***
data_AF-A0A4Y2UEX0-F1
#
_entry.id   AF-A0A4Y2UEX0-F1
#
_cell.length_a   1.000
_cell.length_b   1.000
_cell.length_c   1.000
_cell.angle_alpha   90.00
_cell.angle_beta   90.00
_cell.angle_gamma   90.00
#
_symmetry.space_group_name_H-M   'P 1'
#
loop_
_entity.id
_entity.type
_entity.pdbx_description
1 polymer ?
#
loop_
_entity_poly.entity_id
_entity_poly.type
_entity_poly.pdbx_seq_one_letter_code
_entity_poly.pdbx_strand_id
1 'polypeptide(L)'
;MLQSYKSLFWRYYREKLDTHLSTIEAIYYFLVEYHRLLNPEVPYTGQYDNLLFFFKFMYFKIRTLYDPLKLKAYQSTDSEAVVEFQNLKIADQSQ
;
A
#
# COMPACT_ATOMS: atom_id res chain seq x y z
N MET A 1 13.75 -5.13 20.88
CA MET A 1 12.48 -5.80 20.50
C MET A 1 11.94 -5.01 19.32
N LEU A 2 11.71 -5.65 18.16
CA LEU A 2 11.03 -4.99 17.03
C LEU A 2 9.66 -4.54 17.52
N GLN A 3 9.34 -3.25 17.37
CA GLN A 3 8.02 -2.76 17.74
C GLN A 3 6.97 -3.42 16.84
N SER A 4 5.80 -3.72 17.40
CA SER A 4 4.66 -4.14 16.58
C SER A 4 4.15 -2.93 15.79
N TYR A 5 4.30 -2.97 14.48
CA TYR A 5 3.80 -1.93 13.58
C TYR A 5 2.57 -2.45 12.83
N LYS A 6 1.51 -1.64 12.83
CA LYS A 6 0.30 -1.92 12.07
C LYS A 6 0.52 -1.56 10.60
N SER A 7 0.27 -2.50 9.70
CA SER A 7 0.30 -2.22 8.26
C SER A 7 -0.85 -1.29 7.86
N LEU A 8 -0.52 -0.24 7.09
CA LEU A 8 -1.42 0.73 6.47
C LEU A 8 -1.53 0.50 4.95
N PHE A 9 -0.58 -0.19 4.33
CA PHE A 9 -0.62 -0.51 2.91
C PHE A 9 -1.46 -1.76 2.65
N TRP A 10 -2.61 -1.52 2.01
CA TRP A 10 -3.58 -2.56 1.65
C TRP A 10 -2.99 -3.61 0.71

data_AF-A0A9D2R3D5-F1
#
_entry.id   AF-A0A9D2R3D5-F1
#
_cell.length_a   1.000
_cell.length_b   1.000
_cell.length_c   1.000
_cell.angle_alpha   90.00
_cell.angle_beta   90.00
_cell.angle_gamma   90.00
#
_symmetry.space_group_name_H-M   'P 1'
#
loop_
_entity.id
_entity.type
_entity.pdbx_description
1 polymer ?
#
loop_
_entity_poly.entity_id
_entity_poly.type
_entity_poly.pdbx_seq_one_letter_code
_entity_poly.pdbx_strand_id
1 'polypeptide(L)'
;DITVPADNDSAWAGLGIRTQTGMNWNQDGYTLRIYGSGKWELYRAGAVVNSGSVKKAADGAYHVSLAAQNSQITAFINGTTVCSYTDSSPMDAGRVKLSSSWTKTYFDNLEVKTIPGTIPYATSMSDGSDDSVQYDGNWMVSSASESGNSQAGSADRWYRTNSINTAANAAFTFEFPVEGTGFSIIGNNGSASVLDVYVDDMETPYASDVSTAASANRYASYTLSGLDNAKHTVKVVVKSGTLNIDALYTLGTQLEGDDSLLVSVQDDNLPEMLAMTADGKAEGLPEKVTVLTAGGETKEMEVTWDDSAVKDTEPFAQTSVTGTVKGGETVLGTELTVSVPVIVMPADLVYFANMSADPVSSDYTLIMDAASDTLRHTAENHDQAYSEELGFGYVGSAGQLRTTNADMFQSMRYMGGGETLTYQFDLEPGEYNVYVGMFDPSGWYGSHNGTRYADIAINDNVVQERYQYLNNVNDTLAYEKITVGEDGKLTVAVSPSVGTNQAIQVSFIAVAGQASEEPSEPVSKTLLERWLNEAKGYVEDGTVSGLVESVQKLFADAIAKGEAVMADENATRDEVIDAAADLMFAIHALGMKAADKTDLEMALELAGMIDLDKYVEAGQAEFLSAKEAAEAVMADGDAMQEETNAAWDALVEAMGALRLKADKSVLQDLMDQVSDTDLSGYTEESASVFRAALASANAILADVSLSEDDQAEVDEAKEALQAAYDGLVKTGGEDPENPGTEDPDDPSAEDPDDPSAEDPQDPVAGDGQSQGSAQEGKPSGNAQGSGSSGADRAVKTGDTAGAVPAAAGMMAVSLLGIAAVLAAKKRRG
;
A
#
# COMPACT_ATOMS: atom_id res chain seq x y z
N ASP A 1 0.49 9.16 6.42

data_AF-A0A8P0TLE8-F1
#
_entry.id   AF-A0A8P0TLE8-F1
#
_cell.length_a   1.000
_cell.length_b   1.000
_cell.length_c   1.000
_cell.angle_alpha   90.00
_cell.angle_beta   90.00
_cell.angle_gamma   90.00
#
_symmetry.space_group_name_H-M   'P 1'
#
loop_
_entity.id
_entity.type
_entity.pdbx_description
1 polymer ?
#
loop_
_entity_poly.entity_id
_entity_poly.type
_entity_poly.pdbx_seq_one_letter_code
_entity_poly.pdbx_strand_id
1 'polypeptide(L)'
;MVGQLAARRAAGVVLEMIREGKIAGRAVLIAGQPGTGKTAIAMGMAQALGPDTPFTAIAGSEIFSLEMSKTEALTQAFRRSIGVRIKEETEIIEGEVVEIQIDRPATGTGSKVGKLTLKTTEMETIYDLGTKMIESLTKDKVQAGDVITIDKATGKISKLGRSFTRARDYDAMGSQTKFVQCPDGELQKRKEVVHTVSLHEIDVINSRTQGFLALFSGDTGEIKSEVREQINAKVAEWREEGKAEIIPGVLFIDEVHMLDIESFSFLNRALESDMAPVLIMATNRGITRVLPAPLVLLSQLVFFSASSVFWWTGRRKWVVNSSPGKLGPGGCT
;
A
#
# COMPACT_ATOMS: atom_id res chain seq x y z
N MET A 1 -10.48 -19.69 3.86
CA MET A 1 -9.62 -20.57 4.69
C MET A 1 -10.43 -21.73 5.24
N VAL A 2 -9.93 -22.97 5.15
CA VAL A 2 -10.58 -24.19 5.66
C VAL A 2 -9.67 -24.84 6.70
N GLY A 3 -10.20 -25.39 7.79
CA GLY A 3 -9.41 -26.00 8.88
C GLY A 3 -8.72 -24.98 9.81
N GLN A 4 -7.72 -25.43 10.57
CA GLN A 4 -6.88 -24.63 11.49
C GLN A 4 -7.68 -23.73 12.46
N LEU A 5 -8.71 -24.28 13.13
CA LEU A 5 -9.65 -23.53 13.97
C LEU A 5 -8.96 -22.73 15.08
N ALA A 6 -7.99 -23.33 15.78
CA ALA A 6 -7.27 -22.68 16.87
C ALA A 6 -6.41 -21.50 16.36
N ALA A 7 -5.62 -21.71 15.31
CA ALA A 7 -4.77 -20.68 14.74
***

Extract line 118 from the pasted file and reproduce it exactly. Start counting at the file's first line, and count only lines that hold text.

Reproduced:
;